Bloom little yeasties, bloom!

So I heated up 8 pounds of the wildflower honey in a big double boiler formed by two stainless steel pots. I got the honey up to 170ish by the time it all liquified.

The honey was a lot easier to handle once it is liquified.

While the honey heated up, I dumped 1/2 of four of the apple juice 1/2 gallon containers into the fermenter. The other halves got shook up with the 1# of brown sugar split between them. Lots of aeration. The remaining four apple juice containers were half emptied and each remaining half shook up before being dumped in the fermenter. Once the honey was liquified, in it went too and I used my new 24″ stainless steel whisk to mix it up good. Yeast went in with the first 1/3 of the staggered yeast nutrient schedule, then it went down to my fermentation chamber set at 65F.

Here is the must ready for yeast!

I liquified the additional honey from the gallon.

The rest of the honey.

I woke up to a nice foamy krausen on the must today.

The second addition of the staggered yeast nutrients went in on this fluffy pillow.

Recipe summary:
8# wildflower honey
4 gallons apple juice Ascorbic Acid the only preservative
US-05 yeast
Staggered Yeast Nutrient Schedule

One of our ladies has left us for the big chicken coop in the sky

Sadly, when Justin went to close up the chickens yesterday evening and found one of our old ladies had died. It looks like she laid down her head and peacefully closed her eyes for good. I’m pretty sure it was the chicken we had living in our house when she was sick. Good bye chicky, thank you for all the eggs you gave us.

2012 in review

The WordPress.com stats helper monkeys prepared a 2012 annual report for this blog.

Here’s an excerpt:

600 people reached the top of Mt. Everest in 2012. This blog got about 10,000 views in 2012. If every person who reached the top of Mt. Everest viewed this blog, it would have taken 17 years to get that many views.

Click here to see the complete report.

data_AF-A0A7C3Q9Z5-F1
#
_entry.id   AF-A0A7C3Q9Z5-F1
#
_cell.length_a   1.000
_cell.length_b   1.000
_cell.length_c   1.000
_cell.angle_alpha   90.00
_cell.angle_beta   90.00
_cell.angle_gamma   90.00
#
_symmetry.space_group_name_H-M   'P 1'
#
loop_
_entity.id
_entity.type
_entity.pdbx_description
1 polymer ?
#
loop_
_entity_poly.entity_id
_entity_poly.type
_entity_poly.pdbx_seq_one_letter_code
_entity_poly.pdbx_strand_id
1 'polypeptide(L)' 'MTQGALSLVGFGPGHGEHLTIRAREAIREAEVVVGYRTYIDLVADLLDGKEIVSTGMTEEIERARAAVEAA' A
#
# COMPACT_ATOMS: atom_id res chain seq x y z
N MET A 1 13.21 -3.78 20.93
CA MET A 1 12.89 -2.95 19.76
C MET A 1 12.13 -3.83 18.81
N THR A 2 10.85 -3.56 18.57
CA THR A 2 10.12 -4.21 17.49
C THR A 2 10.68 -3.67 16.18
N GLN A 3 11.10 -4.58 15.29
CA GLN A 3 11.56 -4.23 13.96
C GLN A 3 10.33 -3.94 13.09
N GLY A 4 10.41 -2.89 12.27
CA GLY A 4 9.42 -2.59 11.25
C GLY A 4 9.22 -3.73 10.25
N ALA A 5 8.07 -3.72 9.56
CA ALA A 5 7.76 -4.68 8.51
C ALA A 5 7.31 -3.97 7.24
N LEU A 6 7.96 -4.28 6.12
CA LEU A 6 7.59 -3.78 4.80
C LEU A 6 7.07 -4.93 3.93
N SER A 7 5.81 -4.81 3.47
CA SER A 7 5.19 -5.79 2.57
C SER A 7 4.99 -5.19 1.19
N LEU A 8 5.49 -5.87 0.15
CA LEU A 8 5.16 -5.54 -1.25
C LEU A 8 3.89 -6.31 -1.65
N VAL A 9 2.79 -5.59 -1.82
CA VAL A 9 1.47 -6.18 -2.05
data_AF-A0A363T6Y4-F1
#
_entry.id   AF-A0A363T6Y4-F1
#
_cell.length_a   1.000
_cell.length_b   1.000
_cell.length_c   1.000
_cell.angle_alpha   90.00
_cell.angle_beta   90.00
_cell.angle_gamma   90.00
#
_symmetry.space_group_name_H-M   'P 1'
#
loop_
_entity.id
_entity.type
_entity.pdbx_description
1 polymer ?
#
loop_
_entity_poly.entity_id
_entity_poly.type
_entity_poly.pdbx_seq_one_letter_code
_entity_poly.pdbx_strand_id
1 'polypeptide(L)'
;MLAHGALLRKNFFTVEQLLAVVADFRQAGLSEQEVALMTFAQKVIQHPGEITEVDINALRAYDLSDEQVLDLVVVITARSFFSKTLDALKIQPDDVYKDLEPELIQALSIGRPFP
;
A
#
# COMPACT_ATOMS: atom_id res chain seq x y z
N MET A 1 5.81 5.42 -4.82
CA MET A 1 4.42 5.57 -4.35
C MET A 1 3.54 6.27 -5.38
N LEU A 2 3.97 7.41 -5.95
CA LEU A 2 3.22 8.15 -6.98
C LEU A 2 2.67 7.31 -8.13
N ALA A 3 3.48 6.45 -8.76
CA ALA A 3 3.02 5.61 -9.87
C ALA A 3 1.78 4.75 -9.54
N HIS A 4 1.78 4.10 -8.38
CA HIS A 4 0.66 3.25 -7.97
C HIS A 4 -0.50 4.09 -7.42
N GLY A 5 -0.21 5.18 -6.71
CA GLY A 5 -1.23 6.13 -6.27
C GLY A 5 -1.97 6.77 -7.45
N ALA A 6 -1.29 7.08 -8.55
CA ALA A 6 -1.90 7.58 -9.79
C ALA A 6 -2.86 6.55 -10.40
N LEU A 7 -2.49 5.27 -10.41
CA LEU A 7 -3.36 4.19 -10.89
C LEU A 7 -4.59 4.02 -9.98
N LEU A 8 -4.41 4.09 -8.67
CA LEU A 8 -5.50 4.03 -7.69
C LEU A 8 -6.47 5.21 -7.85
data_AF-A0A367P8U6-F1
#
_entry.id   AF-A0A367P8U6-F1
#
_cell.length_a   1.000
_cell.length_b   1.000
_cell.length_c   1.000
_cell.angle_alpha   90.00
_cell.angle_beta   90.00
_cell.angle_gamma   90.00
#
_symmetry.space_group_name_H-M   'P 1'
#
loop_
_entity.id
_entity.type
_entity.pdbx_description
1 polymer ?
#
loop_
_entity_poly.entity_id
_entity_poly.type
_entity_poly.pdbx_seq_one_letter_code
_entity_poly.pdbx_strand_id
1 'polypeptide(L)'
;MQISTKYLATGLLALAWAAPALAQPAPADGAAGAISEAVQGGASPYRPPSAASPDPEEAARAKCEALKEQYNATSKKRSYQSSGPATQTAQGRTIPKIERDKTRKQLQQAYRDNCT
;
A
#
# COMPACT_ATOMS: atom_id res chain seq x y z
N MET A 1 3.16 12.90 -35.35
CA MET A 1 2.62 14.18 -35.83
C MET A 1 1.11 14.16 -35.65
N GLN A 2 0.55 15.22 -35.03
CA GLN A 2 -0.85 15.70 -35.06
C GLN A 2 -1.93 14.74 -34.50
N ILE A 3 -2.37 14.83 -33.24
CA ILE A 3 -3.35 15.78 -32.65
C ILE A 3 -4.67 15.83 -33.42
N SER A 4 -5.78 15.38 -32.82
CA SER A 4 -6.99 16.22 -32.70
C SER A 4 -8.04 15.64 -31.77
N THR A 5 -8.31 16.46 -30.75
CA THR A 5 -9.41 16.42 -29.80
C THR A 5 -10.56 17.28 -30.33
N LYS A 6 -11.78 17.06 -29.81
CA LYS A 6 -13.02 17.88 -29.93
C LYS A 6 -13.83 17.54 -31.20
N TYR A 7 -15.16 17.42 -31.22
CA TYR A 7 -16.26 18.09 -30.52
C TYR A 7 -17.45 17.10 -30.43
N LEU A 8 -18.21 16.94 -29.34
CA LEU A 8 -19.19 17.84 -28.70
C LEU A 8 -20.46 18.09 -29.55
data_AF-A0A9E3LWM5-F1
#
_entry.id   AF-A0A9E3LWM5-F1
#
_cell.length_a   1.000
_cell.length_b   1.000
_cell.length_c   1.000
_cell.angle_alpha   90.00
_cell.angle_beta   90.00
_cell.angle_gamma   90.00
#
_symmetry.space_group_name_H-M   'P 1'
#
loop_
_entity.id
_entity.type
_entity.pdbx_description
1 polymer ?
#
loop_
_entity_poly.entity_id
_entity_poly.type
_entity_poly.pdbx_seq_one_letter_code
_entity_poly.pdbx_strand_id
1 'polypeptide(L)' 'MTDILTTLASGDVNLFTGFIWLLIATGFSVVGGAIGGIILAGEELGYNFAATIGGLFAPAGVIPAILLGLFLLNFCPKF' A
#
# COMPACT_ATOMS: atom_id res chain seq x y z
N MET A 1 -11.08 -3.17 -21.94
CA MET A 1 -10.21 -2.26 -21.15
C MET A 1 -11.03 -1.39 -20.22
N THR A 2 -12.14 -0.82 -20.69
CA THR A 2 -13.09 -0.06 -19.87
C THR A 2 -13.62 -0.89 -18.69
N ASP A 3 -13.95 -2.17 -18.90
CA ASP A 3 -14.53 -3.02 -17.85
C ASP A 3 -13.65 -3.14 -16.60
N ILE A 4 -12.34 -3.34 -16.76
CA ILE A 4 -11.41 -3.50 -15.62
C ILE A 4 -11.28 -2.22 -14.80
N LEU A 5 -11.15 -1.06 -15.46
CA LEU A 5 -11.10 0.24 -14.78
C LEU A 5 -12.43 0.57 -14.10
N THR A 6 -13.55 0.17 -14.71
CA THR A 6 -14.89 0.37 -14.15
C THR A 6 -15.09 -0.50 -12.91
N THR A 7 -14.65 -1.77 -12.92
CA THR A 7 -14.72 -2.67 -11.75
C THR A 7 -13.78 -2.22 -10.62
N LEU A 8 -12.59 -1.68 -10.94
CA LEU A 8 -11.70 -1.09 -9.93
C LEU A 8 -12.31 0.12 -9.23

Front page of the local paper


My tribute to my brother has turned into a Pay it Forward event that has exploded locally and even gone across to the other coast.



You Brew Your Own Beer? Pretzel beer?

I am taking a break from brewing starting January so I can prepare for my Professional Engineer exam in April. I have some backstock ingredients so I have been working them down. Today I brewed an experimental beer that I hope reminds me of pretzels.

Here is the recipe for 1.5 gallons:
10.00 g Sea Salt (Mash 60.0 mins) Water Agent 1 -
1 lbs 10.4 oz White Wheat Malt (2.4 SRM) Grain 2 69.5 %
4.0 oz Acid Malt (3.0 SRM) Grain 3 10.5 %
4.0 oz White Wheat Malt-toasted (2.4 SRM) Grain 4 10.5 %
2.0 oz Oats, Flaked (1.0 SRM) Grain 5 5.3 %
0.30 oz Goldings, East Kent [5.00 %] – Boil 90.0 min Hop 6 23.1 IBUs
1.6 oz Cane (Beet) Sugar (0.0 SRM) Sugar 7 4.2 % post krausen

I did a step mash, biab, stovetop. The first rest was 122F for 30 minutes. The second rest was 152F for 60 minutes. I did a 90 minute boil. I didn’t have any beer yeast, so I used a packet of Montrachet. Hopefully it rips through the sugars, I’m not looking for yeast character on this one anyways. Hopefully the acid malt gives the hint of sourdough, the salt, well salt, and the toasted wheat that toasty outer crust of a pretzel. The wort tasted pretty good going into the fermenter.

I used a 5 gallon paint strainer for this BIAB on my stovetop

The mash, really light with the white wheat

Sleeping bag wrap for the rests

Almost the scale of steeping grains in extract brewing…

Back to the kitchen sink cooling

While I was brewing, some other things were going on at Little House on the Sandpit…

Panels for gingerbread houses were made

I tried some pine needle and spruce tip tea

and our sick chicken started to feel better, she can stand without falling over now.

You Grow Your Own Food? Harvest 11-17-12 Cold November Lettuce

Low tunnels still producing.


Get every new post delivered to your Inbox.